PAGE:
A Star Is Born was filmed from October to December 1936 with an estimated budget of $1,173,639, and premiered in Los Angeles, California on April 27, 1937 at Grauman’s Chinese Theater. In New York, the film premiered at Radio City Music Hall. The scene in the film where Menjou offers the fading star a supporting role was added at the suggestion of George Cukor, who directed the 1954 remake.
It is not known how much Dorothy Parker contributed to the finished script. When she first saw the film, Parker was proud of her contribution and boasted about both the script and the film, but in later life she believed that she had contributed nothing of significance.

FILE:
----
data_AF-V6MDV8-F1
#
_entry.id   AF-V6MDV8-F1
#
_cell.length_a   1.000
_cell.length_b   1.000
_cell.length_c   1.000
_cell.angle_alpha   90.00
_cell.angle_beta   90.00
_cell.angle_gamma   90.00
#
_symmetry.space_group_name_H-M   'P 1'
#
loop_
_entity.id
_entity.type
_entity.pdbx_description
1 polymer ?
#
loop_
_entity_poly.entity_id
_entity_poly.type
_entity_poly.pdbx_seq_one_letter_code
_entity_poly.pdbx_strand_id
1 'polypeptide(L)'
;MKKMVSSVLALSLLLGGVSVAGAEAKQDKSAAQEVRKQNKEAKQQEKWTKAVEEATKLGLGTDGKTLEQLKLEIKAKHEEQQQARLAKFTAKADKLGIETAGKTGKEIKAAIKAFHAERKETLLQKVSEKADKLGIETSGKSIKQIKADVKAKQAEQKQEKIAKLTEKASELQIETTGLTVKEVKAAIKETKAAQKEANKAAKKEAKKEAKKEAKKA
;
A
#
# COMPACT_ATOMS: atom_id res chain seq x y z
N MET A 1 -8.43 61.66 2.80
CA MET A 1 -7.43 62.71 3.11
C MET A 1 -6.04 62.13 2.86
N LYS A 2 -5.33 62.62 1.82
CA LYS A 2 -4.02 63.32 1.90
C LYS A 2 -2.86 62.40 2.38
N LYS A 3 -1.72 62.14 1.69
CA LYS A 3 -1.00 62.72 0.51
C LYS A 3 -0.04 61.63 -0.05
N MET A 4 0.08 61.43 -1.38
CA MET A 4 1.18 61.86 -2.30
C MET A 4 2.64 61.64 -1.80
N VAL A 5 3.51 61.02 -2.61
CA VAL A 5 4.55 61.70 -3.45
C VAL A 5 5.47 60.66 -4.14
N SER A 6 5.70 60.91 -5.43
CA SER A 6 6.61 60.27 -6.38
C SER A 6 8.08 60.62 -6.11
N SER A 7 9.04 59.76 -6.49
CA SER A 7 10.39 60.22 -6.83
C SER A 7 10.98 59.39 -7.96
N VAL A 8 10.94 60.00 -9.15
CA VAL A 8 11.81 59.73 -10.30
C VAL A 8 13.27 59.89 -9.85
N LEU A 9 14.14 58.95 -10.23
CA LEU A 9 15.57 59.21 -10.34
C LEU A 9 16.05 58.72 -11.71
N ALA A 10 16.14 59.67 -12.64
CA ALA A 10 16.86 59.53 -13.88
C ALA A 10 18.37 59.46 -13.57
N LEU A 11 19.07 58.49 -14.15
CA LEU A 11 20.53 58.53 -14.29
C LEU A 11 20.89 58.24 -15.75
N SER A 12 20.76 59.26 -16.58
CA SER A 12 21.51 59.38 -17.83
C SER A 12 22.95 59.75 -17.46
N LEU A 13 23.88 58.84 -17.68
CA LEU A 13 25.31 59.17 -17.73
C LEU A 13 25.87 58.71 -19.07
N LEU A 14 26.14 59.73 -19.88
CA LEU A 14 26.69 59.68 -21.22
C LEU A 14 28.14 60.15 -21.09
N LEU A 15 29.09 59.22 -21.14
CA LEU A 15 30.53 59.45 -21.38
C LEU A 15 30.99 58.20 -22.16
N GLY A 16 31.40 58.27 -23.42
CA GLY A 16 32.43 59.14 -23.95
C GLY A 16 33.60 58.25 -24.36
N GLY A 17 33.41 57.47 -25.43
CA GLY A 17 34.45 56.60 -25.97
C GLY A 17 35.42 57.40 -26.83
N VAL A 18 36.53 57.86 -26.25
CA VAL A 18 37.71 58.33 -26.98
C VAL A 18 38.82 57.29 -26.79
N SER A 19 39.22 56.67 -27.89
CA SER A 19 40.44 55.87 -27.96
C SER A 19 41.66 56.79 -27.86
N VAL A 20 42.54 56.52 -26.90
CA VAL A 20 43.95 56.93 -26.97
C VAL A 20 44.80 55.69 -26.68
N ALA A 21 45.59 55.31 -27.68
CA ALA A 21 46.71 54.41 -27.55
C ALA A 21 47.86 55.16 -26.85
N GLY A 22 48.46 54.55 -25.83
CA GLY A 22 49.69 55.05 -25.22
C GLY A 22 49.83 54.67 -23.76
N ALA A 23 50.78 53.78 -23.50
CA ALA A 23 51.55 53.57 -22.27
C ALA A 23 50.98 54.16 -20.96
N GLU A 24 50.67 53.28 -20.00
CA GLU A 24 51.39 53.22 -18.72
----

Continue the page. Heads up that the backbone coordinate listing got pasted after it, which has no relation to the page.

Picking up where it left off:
Early in their careers, Budd Schulberg (then a script reader for David O. Selznick) and Ring Lardner, Jr. (who was working in Selznick’s publicity department) were assigned to write some additional dialogue for the film, a collaboration which produced Janet Gaynor‘s (and the film’s) final words, “This is Mrs. Norman Maine.” The line was used again in the 1954 Warner Bros. musical remake starring Judy Garland.